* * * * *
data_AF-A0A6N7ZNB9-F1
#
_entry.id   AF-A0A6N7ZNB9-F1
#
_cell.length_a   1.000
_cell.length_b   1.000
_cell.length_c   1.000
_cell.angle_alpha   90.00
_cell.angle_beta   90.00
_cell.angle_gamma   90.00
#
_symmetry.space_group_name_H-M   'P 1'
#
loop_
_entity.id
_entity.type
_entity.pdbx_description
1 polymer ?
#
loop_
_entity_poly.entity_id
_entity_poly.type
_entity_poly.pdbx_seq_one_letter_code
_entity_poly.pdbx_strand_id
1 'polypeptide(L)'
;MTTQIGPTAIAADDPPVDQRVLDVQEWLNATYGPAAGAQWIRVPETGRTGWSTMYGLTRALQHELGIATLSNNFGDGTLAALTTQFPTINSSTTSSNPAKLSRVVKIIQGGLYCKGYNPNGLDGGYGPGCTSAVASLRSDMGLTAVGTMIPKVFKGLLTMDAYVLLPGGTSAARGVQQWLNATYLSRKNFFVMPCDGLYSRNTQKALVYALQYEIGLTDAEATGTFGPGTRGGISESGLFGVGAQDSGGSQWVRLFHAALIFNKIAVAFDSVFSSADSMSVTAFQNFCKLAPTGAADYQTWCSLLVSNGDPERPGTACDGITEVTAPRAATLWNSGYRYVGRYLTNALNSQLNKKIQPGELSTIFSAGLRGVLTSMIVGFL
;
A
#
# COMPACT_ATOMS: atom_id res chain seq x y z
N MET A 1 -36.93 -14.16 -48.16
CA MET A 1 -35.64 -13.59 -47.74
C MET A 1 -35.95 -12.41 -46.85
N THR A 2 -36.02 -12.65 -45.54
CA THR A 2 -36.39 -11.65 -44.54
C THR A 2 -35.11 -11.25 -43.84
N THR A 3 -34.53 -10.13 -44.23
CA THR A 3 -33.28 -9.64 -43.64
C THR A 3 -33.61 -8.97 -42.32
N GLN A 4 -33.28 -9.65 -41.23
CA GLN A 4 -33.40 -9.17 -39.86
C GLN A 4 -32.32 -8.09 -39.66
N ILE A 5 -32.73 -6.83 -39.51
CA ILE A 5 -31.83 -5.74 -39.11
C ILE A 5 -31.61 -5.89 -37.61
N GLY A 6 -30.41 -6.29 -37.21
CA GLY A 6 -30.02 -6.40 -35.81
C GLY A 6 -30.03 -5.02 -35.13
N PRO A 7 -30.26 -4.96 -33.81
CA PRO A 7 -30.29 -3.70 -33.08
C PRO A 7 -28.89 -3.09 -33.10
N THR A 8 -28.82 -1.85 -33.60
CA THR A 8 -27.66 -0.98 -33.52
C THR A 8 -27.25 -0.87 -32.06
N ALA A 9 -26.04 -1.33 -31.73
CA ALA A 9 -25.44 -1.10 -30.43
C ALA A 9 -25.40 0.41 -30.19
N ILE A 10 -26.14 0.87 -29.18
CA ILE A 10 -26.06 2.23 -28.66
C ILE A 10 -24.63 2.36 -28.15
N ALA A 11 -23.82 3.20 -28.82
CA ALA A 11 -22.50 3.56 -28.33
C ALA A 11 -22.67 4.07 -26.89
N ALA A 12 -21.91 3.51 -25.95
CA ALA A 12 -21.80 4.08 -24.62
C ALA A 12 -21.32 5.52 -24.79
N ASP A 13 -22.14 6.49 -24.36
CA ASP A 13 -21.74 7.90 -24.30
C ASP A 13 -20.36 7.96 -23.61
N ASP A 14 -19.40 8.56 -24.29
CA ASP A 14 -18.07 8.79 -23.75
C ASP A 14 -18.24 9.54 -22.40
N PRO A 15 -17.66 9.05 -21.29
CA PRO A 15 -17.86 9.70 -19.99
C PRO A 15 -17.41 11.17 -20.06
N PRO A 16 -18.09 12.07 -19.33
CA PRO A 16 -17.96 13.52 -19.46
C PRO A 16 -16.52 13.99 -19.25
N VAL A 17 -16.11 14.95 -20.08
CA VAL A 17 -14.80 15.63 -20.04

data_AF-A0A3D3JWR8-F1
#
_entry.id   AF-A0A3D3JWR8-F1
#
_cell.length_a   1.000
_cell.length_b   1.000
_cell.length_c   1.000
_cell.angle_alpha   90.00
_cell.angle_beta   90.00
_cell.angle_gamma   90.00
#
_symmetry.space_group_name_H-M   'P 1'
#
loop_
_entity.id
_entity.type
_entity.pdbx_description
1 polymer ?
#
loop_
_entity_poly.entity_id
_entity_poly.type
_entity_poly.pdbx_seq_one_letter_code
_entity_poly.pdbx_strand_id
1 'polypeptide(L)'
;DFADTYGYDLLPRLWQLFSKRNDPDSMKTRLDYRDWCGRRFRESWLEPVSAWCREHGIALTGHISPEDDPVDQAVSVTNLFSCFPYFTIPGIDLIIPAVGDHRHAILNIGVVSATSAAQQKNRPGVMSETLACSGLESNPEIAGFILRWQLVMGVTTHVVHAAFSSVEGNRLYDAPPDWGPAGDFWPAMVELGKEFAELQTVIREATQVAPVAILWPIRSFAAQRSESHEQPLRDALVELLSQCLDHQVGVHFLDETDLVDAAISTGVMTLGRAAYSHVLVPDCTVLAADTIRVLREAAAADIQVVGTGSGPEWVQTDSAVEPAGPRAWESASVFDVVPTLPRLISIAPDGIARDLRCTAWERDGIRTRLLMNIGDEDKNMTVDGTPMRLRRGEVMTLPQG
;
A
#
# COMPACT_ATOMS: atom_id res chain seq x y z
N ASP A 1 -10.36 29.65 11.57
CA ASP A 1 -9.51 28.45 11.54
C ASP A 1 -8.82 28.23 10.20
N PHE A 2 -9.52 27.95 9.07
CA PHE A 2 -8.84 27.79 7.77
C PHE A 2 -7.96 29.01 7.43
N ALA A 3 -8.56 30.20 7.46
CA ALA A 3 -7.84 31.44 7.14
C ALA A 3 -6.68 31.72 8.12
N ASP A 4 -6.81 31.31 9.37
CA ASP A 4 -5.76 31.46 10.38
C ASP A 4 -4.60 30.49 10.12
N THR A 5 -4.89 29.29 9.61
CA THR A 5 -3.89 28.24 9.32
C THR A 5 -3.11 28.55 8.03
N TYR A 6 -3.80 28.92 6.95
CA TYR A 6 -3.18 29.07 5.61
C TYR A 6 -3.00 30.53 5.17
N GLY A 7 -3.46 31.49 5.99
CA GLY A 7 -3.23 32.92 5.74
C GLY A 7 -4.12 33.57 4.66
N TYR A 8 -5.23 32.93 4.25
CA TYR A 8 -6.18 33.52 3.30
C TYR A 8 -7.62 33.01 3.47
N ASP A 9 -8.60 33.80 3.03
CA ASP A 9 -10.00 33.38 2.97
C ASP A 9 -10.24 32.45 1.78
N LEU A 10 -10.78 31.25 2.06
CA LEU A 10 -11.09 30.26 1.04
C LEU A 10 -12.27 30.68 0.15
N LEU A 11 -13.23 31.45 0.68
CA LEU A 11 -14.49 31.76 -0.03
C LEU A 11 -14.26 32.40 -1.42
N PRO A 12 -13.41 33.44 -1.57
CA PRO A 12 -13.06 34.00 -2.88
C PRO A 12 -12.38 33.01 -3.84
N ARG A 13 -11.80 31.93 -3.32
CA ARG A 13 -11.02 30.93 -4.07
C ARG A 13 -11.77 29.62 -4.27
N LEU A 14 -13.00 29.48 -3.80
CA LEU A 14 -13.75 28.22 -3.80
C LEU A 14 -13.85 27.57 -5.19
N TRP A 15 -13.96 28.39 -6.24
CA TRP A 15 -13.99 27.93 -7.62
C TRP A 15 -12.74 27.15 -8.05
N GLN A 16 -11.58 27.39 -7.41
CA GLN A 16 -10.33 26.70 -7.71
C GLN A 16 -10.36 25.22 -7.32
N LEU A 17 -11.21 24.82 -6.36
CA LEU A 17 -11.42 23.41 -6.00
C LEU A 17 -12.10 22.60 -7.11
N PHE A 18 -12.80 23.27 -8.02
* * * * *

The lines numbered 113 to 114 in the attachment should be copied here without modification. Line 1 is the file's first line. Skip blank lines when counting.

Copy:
C ASP A 1 -8.82 28.23 10.20
N PHE A 2 -9.52 27.95 9.07